Day 5: How to Fish Lake Tawakoni for Crappie with Kennieth Pierce
Editor’s Note: Thirty-five year-old Kennieth Pierce of Quinlan, Texas, fishes Lake Arlington in the Dallas/Fort Worth metroplex as his home lake. Pearce’s daddy started him crappie fishing when he was 5-years old.
One of the advantages of fishing the Two Mile Bridge at Lake Tawakoni is that I also can fish standing timber in that lake. Lake Tawakoni is one of Texas’s giant lakes, that’s located in three counties and has standing timber all over the lake. Besides the Two Mile Bridge, Lake Tawakoni has other bridges that you can fish that have crappie around their pilings. I fish the standing timber much like I do the bridge columns. If I can, I like to scan the standing timber with my Humminbird Mega 10 FI side scanning depth finder (https://humminbird.johnsonoutdoors.com/fish-finders/helix/helix). I’m looking for schools of crappie holding tight in the underwater trees. Usually, these crappie aren’t going to move, unless they get spooked. I’ve found that putting a 1/8-ounce jig right down on top of that school and getting those crappie to bite works. Sometimes, the crappie will be holding right next to the trunk or out in the limbs of the trees. Normally, I may pull two to three crappie off one tree. But every now and then, I’ll find a bigger school and be able to catch seven or eight off that tree. I like to fish for the crappie that are the most aggressive, when I’m fishing in the timber. So, if there is a big school, I catch the fish that bite first, because they’re the most aggressive. Then I may move on to another tree.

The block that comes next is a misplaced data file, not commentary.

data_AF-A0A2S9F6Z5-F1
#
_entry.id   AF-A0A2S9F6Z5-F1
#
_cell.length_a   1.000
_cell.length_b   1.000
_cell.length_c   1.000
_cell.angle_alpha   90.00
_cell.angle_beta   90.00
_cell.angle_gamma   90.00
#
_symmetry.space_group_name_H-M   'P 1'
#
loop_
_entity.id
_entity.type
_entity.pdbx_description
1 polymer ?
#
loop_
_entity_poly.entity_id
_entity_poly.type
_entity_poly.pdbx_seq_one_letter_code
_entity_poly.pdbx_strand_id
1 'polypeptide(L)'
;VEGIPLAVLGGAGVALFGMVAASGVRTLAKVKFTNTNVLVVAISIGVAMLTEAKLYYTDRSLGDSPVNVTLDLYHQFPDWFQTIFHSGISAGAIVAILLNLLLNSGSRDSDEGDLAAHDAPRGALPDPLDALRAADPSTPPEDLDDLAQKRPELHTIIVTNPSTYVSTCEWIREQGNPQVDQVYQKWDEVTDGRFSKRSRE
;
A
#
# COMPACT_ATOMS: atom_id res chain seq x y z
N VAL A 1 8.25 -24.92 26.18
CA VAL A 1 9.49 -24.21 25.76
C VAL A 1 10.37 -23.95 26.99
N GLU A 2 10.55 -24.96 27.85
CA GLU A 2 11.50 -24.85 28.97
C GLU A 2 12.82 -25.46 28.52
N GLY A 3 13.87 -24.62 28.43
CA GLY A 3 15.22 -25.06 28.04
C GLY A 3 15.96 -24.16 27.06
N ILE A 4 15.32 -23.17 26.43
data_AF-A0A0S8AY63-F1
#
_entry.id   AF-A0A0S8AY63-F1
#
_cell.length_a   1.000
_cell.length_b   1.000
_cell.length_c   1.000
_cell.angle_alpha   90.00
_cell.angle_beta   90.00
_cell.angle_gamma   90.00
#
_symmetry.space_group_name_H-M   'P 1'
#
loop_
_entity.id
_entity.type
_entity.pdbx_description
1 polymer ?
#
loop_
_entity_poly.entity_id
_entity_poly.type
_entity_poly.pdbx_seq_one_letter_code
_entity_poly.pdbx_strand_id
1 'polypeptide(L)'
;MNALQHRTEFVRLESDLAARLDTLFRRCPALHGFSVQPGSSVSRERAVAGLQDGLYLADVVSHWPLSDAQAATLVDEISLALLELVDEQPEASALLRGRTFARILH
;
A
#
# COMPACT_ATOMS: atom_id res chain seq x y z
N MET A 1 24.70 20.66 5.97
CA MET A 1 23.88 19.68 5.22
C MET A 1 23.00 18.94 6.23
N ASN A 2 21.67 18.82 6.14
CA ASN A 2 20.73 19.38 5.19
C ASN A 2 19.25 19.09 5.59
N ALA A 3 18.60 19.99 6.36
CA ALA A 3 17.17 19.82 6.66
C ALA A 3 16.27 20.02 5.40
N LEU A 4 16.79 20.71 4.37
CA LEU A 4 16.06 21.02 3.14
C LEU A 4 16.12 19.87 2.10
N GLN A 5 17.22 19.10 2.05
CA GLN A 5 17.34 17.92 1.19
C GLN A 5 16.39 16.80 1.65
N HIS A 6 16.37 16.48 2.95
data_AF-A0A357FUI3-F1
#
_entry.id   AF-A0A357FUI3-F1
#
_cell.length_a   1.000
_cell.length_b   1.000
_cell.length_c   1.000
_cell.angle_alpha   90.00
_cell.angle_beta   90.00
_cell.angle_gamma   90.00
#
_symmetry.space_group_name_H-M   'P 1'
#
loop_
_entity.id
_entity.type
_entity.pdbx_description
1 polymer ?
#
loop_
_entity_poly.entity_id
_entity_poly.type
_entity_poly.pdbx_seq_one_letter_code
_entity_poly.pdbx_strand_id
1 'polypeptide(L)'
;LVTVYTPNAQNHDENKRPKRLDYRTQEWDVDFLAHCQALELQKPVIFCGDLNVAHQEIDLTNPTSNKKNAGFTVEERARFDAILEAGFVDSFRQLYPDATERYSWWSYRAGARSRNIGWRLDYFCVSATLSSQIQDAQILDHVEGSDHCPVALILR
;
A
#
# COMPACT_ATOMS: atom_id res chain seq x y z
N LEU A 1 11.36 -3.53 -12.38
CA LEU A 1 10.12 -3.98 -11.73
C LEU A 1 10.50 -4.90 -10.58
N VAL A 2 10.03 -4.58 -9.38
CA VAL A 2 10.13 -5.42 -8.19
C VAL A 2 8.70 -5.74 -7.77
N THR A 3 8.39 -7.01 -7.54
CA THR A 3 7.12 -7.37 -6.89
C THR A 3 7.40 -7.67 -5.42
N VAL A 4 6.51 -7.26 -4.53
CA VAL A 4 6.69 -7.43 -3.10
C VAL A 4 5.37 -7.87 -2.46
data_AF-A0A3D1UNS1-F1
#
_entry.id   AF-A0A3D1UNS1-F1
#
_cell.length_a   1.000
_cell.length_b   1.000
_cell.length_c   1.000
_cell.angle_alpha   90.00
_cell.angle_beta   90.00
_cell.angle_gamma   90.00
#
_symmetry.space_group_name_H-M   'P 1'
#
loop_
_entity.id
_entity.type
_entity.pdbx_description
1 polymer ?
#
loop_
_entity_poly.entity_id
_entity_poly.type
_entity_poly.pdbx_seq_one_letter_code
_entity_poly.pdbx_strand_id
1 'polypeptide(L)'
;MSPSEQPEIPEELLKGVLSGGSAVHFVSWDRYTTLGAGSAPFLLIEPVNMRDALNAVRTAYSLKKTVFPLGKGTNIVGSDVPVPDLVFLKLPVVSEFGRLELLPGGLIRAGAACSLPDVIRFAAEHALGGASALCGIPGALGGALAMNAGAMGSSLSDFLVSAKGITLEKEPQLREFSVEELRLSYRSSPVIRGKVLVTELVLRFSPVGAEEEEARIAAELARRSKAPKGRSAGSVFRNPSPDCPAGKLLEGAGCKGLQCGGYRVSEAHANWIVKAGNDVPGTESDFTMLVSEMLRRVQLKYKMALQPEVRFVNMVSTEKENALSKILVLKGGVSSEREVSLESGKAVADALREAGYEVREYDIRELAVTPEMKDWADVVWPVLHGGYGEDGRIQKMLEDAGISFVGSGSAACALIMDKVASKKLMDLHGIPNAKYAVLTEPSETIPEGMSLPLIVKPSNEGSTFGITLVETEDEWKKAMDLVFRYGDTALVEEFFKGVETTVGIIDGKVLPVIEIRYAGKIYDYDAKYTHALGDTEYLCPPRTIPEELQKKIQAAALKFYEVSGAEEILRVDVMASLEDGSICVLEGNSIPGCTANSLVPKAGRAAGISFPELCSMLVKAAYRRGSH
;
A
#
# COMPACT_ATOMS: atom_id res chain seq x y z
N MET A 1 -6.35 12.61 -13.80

On Lake Tawakoni, we can keep 25 crappie per person. Every now and then, you’ll catch a sand bass (white bass) and occasionally you’ll catch a hybrid striped bass when you’re fishing. The biggest hybrid I’ve ever caught weighed about 8 pounds. When you get a fish that size, you’ll be glad you’re fishing with an ACC Crappie Stix rod, because those rods have the power not only to hook the fish but the strength to play it down until you can get the fish in the boat.
I haven’t started guiding yet. Numbers of people on my YouTube channel (hookcitytv) have asked me to guide, but I’ve never really considered the possibility of making a living out of guiding for crappie. I’ve had a great career working for Burlington Northern Santa Fe (BNSF) Railroad. But I’ve really come to enjoy taking other people, friends and family fishing and watching them catch crappie. So, I’ve started thinking seriously about guiding as something I may want to do on my off-days. If I guide for crappie part-time, I think that can be a really enjoyable part-time job for me. I work third shift (graveyard shift) 11 pm to 7 am. I still can guide in the mornings, fish for 4-5 hours, and then come home and go to bed. Right now, I’m using those mornings to go out and fish and shoot videos for my YouTube channel. If I start at about 8:00 or 8:30 am, come off the water no later than 12:00 noon, I’ll still get plenty of sleep before I go to work at the railroad.
To see how and where Kenneth Pearce fishes, go to his YouTube channel at hookcitytv
(https://www.youtube.com/channel/UCdcuACQzEadZ-ihtqH28uOQ) and watch some of his videos. Most of his videos are crappie fishing, but he has several videos on bluegill fishing too.